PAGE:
FN has pulled together the numbers showing how the financial services industry has changed since a fateful day in early August a decade ago

On August 9, 2007, BNP Paribas Investment Partners suspended valuations and closed the gates on two funds because of the deteriorating US sub-prime mortgage market.

Many working in and around financial markets have this date circled in their calendars as the official start of a global credit crunch that gave way to one of the worst financial crises in history.

There had been other warning signs: Bear Stearns had shut two big hedge funds that June, while in February, a profit warning from HSBC had specifically mentioned US mortgages.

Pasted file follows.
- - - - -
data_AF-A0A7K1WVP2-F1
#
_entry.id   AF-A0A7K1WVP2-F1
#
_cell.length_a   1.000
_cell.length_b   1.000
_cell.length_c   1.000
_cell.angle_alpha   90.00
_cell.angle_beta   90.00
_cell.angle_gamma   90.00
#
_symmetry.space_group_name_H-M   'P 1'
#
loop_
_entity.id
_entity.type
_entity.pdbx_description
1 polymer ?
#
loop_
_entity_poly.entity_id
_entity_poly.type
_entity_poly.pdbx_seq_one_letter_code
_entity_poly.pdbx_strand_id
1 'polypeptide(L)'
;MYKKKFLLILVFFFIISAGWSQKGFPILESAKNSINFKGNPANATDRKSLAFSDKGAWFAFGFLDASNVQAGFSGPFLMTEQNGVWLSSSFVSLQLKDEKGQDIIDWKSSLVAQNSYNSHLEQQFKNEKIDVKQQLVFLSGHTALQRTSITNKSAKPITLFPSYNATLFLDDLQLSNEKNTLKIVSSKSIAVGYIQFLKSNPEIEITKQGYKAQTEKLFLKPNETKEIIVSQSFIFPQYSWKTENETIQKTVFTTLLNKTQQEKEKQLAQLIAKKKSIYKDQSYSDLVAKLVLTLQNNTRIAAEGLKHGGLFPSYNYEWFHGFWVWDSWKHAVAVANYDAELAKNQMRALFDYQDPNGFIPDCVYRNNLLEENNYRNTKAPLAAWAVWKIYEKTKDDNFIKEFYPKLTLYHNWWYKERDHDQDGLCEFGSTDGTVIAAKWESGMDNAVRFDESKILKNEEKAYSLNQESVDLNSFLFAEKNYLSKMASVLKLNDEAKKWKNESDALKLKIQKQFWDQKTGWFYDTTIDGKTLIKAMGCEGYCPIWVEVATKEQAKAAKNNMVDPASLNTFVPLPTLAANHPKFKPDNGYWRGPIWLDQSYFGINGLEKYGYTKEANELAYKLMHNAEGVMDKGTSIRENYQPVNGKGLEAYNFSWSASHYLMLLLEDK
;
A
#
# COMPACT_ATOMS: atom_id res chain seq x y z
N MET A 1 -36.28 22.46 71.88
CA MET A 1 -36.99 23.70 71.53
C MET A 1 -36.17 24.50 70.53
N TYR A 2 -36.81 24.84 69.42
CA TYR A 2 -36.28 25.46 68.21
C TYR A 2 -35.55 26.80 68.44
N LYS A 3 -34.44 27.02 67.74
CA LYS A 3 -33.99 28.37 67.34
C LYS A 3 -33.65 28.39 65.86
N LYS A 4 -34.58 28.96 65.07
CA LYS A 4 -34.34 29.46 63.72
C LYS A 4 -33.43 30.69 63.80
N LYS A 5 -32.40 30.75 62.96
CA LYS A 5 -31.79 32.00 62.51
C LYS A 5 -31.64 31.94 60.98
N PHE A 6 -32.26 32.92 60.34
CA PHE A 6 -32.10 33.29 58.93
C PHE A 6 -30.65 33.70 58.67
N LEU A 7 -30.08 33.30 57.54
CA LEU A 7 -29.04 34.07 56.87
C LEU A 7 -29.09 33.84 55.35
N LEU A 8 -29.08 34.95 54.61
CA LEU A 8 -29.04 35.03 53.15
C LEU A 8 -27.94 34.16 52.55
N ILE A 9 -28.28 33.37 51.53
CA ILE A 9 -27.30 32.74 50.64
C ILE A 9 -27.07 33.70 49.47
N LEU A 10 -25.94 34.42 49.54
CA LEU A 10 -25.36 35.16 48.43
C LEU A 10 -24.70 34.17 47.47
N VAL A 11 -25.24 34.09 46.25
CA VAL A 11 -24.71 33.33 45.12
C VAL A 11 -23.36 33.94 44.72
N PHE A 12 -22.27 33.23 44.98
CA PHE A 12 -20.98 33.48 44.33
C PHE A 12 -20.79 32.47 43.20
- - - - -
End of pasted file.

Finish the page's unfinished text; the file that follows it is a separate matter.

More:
But the BNP Paribas decision stands out because shortly afterward the European Central Bank thrust €95bn of emergency liquidity into the region’s banking system in the hope of shoring things up.

That unprecedented move could not prevent what was to follow, however, and little more than a year later Lehman Brothers had collapsed and billions of dollars in writedowns were being reported, with state bailouts and emergency banking mergers the necessary remedies.

The crisis ushered in a new era of financial regulation and loose monetary policy that continues to affect everything from banking revenues, compensation and staff numbers to fund manager performance, pension deficits and the life cycles of private equity funds.